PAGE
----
It's a strange-looking equation, I know, but another priest has used it to justify his decision to ban girls from serving at Mass. Father John Lankeit, rector of the Phoenix diocesan cathedral, SS. Simon and Jude, argued, "The connection between serving at the altar and priesthood is historic. It is part of the differentiation between boys and girls, as Christ established the priesthood by choosing men. Serving at the altar is a specifically priestly act," according to the Arizona Republic. Girls will be allowed to be sacristans, preparing things for Mass like the altar societies of old.
Lankeit points out that not permitting girls to serve is part of the pastor's prerogative, but I wonder what would happen if he started restricting the ministry of lector to men, since that office, like the instituted ministry of acolyte, was also formerly part of preparation for priesthood. For that matter, "porter" was once the first step to holy orders, so by that logic hospitality ministers should all be men, too.
Those who took this practice too seriously for their own good are of course, going crazy (or as Fr. Zuhlsdorf likes to say, "throwing a nutty") over it. Before I respond, I always like to check the history of a situation. What has the Vatican said regarding altar girls to serving Mass? When did it happen? Why did it happen?
I found a few things. First, a helpful explanation on EWTN's website:
Many Catholics are perplexed by the authorization of girl altar servers by the Pope. They are uncertain about the pastoral wisdom of this decision given 1) the shortage of vocations to the priesthood, 2) the traditional place of altar boys as a source of vocations, 3) the tendency of some younger boys to not want to share activities with girls and 4) the natural religiosity of the female sex which results in their saturating non-ordained offices in the Church. Yet, it is a decision which has been made by the highest authority in the Church and to which Catholics must defer and make their peace.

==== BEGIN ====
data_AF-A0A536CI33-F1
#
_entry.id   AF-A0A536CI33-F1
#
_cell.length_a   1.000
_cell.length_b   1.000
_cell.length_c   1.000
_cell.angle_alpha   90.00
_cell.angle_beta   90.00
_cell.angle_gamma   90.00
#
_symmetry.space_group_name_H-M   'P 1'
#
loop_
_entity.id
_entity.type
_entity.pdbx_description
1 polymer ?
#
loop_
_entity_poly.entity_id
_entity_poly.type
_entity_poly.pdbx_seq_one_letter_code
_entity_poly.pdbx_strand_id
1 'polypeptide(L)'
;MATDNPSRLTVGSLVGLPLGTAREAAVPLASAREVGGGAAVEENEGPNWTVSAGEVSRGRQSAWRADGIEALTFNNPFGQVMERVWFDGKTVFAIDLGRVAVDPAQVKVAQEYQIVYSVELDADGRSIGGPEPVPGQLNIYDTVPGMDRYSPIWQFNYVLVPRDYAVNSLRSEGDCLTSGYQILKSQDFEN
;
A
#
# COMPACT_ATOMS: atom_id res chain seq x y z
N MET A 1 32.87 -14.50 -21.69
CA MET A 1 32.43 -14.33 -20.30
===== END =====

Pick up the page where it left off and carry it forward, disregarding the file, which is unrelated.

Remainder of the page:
It is important to make some theological distinctions, too. This is not a matter of faith but of Church discipline. While having boys serve at the altar is a long-standing ecclesiastical tradition it is nonetheless a human institution, NOT divine, and therefore capable of change for sufficient reason. The judgment about what is sufficient rests with the Holy See.
What MIGHT have been those reasons? Since the Church had already opened other non-ordained offices to women (Reader, Extraordinary Eucharistic Minister, chancellor, marriage tribunal official and so on), all of which were previously excluded to women, and in some cases lay men also), the exclusion of girls from the unofficial office of "altar server" was something of an anomaly. In fact, it was on canonical grounds which the Pontifical Council for the Interpretation of Legislative Texts proposed ending this exclusion. For his part, the Pope may have been looking ahead to the publication only a few weeks later of Ordinatio Sacerdotalis, his letter affirming the male only priesthood. The two decisions taken together amount to drawing precise theological lines between what is Church tradition and what is Apostolic Tradition, allowing women all offices in the Church not excluded by Divine Law (such as the priesthood).
* The letter to Catholic Dioceses from the Congregation for Divine Worship was released March 15, 1994.
Then I found on the Vatican's website, the Congregation for Divine Worship And The Discipline Of The Sacrament Instruction index, which included this section (Chapter II, The Participation of the Lay Christian Faithful In the Eucharistic Celebration, 2. The Ministries of the Lay Christian Faithful In the Celebration of the Holy Mass) Emphasis mine: